Metallurgy for Dummies

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Sandy Superstorm
Hurricane Sandy Superstorm Could Affect 60 Million People

Eastern Time, hitting the southern coast of New Jersey, with its winds slowing slightly to 80 miles an hour from 90 miles an hour earlier, the National Hurricane Center said. By Monday evening, the super storm had already knocked out power to more than 2 million homes and businesses from North Carolina to New England. And a jogger rounding a corner, or cresting a hill, might suddenly come face to face with the true extent of the damage that Monday night’s historic storm had inflicted: cars displaced by the 13ft storm surge that sluiced through Manhattan’s financial district; dangerously damaged power cables; trees wrenched from the ground by the wind; a 700-tonne tanker run aground on the Staten Island shoreline. A state of emergency was declared for Connecticut, Delaware, Washington, D.C., Maryland, Massachusetts, New Jersey, New York, Pennsylvania, Rhode Island and Virginia.

Even before Sandy made landfall, streets in New York, Maryland and New Jersey were already under water, as winds and water pushed ahead of the hurricane. Swelling water overran barriers in Atlantic City, N.J., where the Boardwalk was reported damaged from the hurricane-force winds that stretched up to 175 miles from the storm’s center. Snow was forecast in several states, with blizzard warnings out for higher elevations in Maryland, West Virginia and Virginia. President Barack Obama canceled campaign events to return to Washington, D.C. to oversee the federal government’s response to Sandy. Obama warned the storm, which killed at least 65 people in the Caribbean, could impact millions across a large piece of the United States. “Do not underestimate this storm, we are talking about surges we have not seen before,” New York Gov. Andrew Cuomo said of anticipated record flooding in low-lying coastal areas.

By mid-morning, the clean-up from Hurricane Sandy – reclassified, late on Monday, as a “superstorm” – was well under way. In Central Park in Manhattan and Prospect Park in Brooklyn, work crews were busy clearing tree limbs; on the Upper West Side, doormen hosed leaves into the gutters; at Ground Zero, a still-gaping hole into which river water gushed on Monday night, the repairs were beginning; John F Kennedy airport was scheduled to reopen on Wednesday.
But at the same time, New Yorkers were still struggling to calculate the true scale of the storm’s impact. Towns in New Jersey and Long Island remained under deep water, while flooding had significantly damaged homes and businesses across New York. The city’s schools were due to stay closed on Wednesday. The New York Stock Exchange remained closed on Tuesday, the first time since 1888 that it had closed for two days running because of the weather.

There is no light in the street, no people in the street,” said Ilona, a 22-year-old student from Russia, as she looked out over the murky water. From time to time an acrid smell of burning drifted by, as short circuits in the electrical grid sparked distant fires. On either side of the island of Manhattan, West Street and the FDR East River Drive were quickly underwater. It had recently been renovated, the New York Times reported, after being damaged in 2011 by Hurricane Irene. The night’s most dramatic rescue story concerned the evacuation of about 200 patients from New York University’s Langone Medical Center, after the hospital’s backup generators failed.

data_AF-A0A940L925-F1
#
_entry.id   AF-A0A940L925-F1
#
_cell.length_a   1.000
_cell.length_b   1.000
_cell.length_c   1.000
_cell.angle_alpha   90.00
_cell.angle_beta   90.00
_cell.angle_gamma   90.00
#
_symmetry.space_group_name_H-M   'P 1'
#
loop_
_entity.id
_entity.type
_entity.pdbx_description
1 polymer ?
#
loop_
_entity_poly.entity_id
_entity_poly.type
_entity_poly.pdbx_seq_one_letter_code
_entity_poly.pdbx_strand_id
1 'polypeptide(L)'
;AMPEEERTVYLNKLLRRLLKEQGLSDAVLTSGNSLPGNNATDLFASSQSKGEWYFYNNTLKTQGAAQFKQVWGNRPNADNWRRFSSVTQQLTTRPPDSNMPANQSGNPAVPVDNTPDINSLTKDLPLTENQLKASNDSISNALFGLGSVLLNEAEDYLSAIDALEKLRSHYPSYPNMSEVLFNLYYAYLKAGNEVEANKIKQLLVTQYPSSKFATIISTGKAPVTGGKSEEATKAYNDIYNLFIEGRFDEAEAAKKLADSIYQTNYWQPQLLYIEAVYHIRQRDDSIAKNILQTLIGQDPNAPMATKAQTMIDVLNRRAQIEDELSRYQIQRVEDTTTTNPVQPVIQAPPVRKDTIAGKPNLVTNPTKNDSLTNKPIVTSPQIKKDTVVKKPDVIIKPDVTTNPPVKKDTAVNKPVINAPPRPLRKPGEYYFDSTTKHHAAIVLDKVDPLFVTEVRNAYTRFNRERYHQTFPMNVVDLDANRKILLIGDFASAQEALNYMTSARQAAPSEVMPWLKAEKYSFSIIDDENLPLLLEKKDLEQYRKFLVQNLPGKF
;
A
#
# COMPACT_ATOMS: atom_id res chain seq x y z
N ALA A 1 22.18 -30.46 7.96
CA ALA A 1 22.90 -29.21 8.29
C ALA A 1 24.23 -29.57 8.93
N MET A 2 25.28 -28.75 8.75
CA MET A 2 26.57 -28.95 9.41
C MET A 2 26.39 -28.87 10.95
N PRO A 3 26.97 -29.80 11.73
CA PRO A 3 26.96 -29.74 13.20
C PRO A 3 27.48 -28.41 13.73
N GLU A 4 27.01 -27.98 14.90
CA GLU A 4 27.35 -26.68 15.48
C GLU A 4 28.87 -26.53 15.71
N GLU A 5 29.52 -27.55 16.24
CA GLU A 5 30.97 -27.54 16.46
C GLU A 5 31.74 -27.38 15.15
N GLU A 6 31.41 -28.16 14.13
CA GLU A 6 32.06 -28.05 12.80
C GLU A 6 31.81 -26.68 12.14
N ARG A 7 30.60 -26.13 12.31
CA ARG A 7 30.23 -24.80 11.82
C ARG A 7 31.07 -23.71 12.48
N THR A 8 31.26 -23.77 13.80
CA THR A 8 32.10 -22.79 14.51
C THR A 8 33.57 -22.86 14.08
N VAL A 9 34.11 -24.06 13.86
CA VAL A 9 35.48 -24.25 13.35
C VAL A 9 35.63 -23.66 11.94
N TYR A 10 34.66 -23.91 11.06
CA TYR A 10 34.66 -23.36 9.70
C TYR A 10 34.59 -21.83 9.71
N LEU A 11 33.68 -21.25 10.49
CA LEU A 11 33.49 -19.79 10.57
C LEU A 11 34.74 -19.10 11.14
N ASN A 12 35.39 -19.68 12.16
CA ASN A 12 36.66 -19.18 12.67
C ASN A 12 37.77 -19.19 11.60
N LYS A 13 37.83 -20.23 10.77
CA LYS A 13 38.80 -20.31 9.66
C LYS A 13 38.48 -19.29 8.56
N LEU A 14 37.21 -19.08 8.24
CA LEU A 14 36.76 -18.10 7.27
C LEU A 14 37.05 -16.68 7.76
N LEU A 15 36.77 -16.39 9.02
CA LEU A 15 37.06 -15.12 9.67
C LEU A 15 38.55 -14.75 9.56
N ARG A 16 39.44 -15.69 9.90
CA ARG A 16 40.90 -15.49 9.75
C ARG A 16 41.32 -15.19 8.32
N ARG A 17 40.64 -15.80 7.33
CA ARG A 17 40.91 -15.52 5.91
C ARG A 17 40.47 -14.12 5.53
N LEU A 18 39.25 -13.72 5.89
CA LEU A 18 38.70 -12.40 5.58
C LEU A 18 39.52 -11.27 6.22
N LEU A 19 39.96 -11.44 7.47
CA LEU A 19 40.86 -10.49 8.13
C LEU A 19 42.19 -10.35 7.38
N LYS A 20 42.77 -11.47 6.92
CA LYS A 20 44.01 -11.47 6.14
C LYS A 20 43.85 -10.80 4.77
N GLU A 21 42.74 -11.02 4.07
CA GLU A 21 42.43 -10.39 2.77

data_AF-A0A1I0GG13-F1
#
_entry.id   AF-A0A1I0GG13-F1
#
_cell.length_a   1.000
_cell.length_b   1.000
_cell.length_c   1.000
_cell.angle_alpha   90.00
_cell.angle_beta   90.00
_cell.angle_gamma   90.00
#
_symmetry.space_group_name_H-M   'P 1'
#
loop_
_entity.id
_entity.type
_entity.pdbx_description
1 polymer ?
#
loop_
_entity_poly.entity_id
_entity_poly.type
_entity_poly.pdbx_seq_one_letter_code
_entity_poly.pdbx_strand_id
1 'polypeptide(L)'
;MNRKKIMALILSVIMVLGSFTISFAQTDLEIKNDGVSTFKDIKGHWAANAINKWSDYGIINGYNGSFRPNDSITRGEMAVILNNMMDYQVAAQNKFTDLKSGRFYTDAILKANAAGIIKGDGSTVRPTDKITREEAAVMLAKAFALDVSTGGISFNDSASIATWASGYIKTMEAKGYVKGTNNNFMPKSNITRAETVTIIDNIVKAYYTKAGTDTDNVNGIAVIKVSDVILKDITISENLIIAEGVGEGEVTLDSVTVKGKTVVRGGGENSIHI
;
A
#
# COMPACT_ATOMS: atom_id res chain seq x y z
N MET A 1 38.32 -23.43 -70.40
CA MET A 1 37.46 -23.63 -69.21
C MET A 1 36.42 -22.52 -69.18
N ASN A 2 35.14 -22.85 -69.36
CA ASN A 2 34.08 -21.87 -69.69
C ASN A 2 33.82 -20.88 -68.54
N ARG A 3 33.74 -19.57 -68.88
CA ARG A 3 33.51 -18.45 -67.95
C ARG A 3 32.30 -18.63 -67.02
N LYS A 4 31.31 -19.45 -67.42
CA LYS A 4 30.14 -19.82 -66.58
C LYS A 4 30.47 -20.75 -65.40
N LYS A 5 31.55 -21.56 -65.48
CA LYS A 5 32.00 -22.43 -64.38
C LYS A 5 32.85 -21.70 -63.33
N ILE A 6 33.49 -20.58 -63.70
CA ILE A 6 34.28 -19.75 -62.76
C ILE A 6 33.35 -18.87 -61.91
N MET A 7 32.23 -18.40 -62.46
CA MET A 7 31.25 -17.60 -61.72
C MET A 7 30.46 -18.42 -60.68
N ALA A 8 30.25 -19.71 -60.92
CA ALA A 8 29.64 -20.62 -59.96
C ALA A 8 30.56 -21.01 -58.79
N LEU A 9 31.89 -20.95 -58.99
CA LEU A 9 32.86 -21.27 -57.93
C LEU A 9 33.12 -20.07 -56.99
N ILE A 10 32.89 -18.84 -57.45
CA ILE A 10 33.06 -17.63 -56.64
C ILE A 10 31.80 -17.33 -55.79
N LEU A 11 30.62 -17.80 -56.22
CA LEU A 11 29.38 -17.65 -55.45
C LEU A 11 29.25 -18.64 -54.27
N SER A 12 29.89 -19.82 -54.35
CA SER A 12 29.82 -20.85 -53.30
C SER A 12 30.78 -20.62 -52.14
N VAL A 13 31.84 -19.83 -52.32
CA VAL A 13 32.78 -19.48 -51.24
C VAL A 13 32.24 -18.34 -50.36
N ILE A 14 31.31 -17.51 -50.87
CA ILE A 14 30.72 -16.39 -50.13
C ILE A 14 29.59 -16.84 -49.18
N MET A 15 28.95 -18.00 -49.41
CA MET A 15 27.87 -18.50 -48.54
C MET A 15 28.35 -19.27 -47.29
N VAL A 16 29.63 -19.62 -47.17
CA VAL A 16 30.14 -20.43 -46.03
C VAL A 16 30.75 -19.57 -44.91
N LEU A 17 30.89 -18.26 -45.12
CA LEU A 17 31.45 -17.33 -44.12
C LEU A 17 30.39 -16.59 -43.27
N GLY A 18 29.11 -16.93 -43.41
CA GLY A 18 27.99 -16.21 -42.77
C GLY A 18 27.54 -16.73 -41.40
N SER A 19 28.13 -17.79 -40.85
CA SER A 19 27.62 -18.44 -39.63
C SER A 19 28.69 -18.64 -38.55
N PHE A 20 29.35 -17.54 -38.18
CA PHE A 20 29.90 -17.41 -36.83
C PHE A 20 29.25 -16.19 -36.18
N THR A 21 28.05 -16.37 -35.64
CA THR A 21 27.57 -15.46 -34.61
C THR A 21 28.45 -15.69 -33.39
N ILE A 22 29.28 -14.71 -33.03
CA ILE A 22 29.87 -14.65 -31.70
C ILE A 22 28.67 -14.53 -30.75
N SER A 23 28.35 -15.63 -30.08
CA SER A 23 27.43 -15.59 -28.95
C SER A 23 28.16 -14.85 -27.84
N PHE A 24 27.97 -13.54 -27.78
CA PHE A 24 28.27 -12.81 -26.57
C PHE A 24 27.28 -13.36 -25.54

Throughout the night, most people seemed to agree, the region’s most senior politicians – New York mayor Michael Bloomberg, New Jersey’s fleece-clad governor, Chris Christie, and Governor Cuomo – were successful in their efforts to maintain calm and provide essential information. Was the New York Stock Exchange under three feet of water, as CNN, apparently working from internet rumours, reported? Was a hospital on fire in Coney Island, and were a score of power-company workers trapped in a building in Manhattan? New York, Philadelphia, Washington and Baltimore moved to shut down their subways, buses and trains and said schools would be closed on Monday.
As rain from the leading edges of the monster hurricane began to fall over the Northeast, hundreds of thousands of people from Maryland to Connecticut were ordered to evacuate low-lying coastal areas, including 375,000 in lower Manhattan and other parts of New York City, 50,000 in Delaware and 30,000 in Atlantic City, N.J., where the city’s 12 casinos were forced to shut down for only the fourth time ever.

If it’s not the storm, it’ll be the aftermath. Authorities warned that the nation’s biggest city could get hit with a surge of seawater that could swamp parts of lower Manhattan, flood subway tunnels and cripple the network of electrical and communications lines that are vital to the nation’s financial center. As of 8 p.m., it was centered about 485 miles southeast of New York City, moving at 15 mph, with hurricane-force winds extending an incredible 175 miles from its center. The storm could also dump up to 2 feet of snow in Kentucky, North Carolina and West Virginia.
Louis Uccellini, environmental prediction chief for the National Oceanic and Atmospheric Administration, told The Associated Press that given Sandy’s east-to-west track into New Jersey, the worst of the storm surge could be just to the north, in New York City, on Long Island and in northern New Jersey. New York called off school Monday for the city’s 1.1 million students and announced it would suspend all train, bus and subway service Sunday night. The New York Stock Exchange announced it will shut down its trading floor Monday but continue to trade electronically. In Washington, President Barack Obama promised the government would “respond big and respond fast” after the storm hits.